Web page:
ALABAMA (WHNT) — Just a few days after a court-appointed Special Master submitted three proposed district maps, Alabama’s Secretary of State and some legislators have objected to those maps.
Secretary of State Wes Allen and Representative Chris Pringle and Senator Steve Livingston, the House and Senate Chairs of the Legislature’s Reapportionment Committee, filed their objections to the proposed remedial maps on Thursday.
“The three maps proposed by the Special Master share the same general structure with each other, with the Plaintiffs’ “VRA Plan,” and with every demonstrative plan submitted by the Milligan and Caster Plaintiffs. They divide Mobile City, Mobile County, and the Gulf Coast counties so that black voters in Mobile County can be linked to black voters in Montgomery and eastern Alabama for a new District 2,” both filings say.
Special Master Richard Allen said the court directed he and his “team to file, by September 25, 2023, three proposed remedial maps to remedy the likely Section Two violation identified by the Court.”
In response to earlier court orders, the Alabama Legislature held a special session in July and produced its own new congressional map, but the three-judge panel that heard the initial lawsuits and found Voting Rights Act problems rejected that map.
In both of the objections, Allen and Rep. Pringle and Sen. Livingston say they maintain their argument that the districts based on this structure are, “unconstitutional racial gerrymanders that harm Alabama voters by subjecting them to racial classifications. In carrying out the Court’s orders, the Special Master’s proposed plans carry forward what [defendant] maintains are errors the Court has made in its preliminary findings.”
They state that even if alterations were made to the Special Master’s plans by a demographer “race-blind,” the starting point was still a point where race was prioritized over traditional criteria and the changes are too unmodest to undo those decisions.
Of all the maps, Allen and the legislators say Remedial Plan 1 is the most objectionable because it splits Houston County in a way they believe is unnecessary, as the split makes more changes than they say are needed to cure the likely section 2 violation.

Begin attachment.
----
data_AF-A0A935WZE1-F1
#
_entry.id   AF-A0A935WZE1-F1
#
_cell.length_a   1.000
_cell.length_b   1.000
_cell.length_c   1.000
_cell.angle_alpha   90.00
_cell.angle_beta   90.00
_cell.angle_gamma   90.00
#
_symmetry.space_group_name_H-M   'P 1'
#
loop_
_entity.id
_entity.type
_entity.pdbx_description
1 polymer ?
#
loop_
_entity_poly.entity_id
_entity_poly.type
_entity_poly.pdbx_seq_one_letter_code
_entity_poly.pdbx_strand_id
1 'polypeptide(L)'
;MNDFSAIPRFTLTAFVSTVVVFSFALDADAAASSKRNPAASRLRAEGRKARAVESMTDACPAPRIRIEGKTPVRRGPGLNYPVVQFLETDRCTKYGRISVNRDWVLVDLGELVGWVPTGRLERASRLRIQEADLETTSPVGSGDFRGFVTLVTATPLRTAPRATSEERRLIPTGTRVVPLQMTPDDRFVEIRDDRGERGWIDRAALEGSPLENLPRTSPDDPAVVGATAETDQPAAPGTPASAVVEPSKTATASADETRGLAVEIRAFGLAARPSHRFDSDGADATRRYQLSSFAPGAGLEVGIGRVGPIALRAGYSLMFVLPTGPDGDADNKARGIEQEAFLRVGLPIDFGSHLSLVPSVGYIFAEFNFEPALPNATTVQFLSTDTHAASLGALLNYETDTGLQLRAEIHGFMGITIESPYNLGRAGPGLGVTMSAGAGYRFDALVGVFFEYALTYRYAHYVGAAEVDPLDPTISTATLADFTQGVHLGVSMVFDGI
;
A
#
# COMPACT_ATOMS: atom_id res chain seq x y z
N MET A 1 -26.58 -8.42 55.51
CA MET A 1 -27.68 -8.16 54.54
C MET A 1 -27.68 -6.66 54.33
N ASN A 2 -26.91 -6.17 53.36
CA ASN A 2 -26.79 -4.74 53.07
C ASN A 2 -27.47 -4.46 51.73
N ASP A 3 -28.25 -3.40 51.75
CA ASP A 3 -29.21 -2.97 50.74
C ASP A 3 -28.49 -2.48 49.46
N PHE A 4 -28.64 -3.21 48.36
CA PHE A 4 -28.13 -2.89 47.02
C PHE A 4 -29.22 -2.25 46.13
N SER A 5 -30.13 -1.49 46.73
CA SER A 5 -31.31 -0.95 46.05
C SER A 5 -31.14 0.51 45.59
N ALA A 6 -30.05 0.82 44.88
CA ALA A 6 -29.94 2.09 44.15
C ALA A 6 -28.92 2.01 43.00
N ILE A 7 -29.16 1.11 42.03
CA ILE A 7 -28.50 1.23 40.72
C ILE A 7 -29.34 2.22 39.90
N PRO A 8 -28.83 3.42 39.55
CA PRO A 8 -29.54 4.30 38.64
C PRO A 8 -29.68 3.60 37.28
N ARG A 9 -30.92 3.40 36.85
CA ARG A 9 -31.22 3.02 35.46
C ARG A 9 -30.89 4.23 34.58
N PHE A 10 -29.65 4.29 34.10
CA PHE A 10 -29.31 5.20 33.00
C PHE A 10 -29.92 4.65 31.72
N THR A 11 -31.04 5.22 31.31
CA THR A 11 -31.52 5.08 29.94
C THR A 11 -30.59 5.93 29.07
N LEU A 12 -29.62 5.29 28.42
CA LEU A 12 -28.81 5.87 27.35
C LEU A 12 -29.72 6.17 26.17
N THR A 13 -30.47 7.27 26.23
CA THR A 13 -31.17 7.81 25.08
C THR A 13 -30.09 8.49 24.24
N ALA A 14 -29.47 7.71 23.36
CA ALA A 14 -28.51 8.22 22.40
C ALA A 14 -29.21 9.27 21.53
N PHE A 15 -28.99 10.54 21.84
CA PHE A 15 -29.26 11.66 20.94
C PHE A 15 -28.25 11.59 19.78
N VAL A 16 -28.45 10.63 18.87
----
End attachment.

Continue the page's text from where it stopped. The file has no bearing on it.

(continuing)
“A federal court cannot ‘override the legislature’s remedial map’ in a way that goes beyond what is necessary to meet the demands of federal law, North Carolina v. Covington, 138 S. Ct. 2548, 2554 (2018), which is precisely what would happen if this superfluous split of Houston County is included in a court-drawn plan,” the objection says.
They go on to say Remedial Plan 2 fractures that community of interest more than necessary to remedy, placing “Henry County, considered to be part of the Wiregrass, in District 2 with the Black Belt,” while Remedial Plan 3 shows it is possible to place Henry County with the majority of Wiregrass counties in District 1.
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Finally, the officials all say in their objections that the ‘intrusion’ of District 2 into Mobile County in plan 3 will likely make it more difficult to reassign voters accurately in the county before the deadlines that apply. “The relative length of the dividing line between Districts 1 and 2 will
likely translate into additional difficulties in sorting voters into their new districts,” the defendants said.